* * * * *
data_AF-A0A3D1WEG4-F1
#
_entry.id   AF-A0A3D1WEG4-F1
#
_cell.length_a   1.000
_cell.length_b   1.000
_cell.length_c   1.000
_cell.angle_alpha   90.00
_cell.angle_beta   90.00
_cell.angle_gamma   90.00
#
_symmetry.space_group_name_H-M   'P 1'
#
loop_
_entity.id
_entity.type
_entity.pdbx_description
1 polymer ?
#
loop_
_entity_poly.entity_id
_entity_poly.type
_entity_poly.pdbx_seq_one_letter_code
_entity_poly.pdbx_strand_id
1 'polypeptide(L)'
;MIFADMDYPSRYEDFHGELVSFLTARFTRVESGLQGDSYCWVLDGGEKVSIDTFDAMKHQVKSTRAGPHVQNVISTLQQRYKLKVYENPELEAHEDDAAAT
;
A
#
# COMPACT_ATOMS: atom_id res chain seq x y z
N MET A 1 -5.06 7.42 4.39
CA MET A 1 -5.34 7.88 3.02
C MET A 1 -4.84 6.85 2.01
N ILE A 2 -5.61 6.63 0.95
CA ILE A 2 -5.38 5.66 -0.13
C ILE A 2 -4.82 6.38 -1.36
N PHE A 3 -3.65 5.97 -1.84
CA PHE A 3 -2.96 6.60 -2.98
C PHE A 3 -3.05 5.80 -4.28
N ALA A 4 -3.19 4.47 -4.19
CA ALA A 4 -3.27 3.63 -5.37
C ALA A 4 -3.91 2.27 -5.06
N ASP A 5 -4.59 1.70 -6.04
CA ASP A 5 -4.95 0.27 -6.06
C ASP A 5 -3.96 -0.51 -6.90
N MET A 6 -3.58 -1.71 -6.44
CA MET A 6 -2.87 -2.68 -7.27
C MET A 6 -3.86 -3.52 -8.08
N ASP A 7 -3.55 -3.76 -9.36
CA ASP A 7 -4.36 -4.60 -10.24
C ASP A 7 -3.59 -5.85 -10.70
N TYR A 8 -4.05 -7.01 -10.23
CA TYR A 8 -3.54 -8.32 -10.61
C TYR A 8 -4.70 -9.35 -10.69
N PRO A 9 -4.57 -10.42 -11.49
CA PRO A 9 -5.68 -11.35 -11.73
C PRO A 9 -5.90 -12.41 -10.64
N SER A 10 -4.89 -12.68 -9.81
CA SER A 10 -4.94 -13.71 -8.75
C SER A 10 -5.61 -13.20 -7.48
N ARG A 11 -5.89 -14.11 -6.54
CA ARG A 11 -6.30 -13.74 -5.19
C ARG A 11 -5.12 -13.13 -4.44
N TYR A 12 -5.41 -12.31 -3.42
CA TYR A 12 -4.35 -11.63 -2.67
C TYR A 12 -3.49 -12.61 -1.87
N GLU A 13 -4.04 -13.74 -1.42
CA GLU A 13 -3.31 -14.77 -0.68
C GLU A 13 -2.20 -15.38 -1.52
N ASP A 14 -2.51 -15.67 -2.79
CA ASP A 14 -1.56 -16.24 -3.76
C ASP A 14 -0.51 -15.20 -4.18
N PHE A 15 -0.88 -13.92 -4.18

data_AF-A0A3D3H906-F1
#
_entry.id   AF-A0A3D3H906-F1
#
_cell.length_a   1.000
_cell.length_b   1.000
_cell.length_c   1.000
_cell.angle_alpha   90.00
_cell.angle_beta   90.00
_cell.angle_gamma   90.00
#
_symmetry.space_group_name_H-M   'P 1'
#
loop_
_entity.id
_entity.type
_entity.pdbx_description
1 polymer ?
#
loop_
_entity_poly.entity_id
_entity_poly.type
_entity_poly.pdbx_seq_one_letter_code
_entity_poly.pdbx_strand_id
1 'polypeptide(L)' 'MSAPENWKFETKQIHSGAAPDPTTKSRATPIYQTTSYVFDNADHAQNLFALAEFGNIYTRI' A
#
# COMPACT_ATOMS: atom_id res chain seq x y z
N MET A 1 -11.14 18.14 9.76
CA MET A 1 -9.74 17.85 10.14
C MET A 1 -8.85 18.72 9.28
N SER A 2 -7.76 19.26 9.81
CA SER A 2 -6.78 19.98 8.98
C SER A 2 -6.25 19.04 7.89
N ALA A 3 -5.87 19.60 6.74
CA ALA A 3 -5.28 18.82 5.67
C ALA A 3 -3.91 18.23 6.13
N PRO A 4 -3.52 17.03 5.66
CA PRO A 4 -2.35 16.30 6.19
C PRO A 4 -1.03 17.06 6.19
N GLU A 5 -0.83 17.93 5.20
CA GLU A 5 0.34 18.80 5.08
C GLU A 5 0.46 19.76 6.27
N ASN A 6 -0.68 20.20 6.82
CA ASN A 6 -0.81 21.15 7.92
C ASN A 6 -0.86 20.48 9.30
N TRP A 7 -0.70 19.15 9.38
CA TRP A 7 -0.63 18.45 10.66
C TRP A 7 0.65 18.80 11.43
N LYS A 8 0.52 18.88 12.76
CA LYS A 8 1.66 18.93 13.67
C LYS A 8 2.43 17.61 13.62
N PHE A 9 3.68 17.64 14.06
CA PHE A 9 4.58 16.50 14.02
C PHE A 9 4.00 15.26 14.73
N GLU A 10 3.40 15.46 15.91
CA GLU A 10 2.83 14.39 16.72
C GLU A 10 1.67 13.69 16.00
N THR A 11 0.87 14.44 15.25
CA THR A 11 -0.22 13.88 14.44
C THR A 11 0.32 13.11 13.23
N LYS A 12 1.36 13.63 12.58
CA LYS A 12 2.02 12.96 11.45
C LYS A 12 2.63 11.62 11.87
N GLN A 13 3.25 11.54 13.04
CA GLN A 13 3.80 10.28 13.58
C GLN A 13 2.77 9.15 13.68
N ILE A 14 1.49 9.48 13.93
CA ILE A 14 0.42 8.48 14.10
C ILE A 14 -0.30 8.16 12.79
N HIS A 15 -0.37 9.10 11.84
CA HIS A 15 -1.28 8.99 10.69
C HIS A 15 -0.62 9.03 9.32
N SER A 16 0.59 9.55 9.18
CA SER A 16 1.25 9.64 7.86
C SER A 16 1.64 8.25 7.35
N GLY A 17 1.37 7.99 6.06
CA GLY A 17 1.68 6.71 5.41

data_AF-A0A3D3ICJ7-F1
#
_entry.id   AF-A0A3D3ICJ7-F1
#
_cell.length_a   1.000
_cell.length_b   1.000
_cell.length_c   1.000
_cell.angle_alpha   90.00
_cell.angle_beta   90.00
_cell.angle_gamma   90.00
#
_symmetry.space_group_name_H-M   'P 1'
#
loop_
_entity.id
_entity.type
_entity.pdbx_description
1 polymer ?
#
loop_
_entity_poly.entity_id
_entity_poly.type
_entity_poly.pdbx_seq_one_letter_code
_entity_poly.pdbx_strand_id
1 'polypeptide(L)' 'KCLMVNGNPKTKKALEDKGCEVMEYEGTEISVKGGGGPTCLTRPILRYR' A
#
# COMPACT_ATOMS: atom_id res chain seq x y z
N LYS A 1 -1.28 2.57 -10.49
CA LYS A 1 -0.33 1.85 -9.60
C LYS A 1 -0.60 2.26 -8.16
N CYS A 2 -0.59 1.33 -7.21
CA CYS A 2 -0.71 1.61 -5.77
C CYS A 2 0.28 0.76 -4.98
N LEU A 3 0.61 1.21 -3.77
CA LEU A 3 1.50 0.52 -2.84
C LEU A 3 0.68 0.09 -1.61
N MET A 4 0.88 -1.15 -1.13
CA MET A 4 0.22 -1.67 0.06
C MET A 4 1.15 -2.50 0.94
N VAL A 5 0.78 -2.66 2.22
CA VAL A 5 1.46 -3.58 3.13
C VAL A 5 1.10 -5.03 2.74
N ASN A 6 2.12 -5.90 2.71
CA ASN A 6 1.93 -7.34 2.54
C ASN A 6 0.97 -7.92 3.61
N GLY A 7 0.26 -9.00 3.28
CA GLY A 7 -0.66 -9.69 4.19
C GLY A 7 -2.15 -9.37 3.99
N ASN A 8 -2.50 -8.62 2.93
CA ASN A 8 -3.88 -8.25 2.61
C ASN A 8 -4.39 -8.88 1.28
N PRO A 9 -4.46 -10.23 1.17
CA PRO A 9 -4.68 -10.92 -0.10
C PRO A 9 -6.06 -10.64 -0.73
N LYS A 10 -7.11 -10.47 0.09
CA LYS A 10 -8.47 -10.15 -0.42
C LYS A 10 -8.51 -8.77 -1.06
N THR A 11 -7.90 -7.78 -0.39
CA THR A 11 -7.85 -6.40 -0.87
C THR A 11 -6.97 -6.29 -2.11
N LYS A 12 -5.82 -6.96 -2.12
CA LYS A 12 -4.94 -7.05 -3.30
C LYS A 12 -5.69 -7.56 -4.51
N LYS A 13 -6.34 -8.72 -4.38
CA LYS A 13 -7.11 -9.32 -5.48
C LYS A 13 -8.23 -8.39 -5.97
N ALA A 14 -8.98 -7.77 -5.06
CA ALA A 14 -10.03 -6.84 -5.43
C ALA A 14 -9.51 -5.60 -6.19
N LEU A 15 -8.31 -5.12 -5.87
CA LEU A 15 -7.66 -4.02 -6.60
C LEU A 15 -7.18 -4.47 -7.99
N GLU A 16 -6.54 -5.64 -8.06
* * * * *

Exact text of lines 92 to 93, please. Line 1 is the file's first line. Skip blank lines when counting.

#
loop_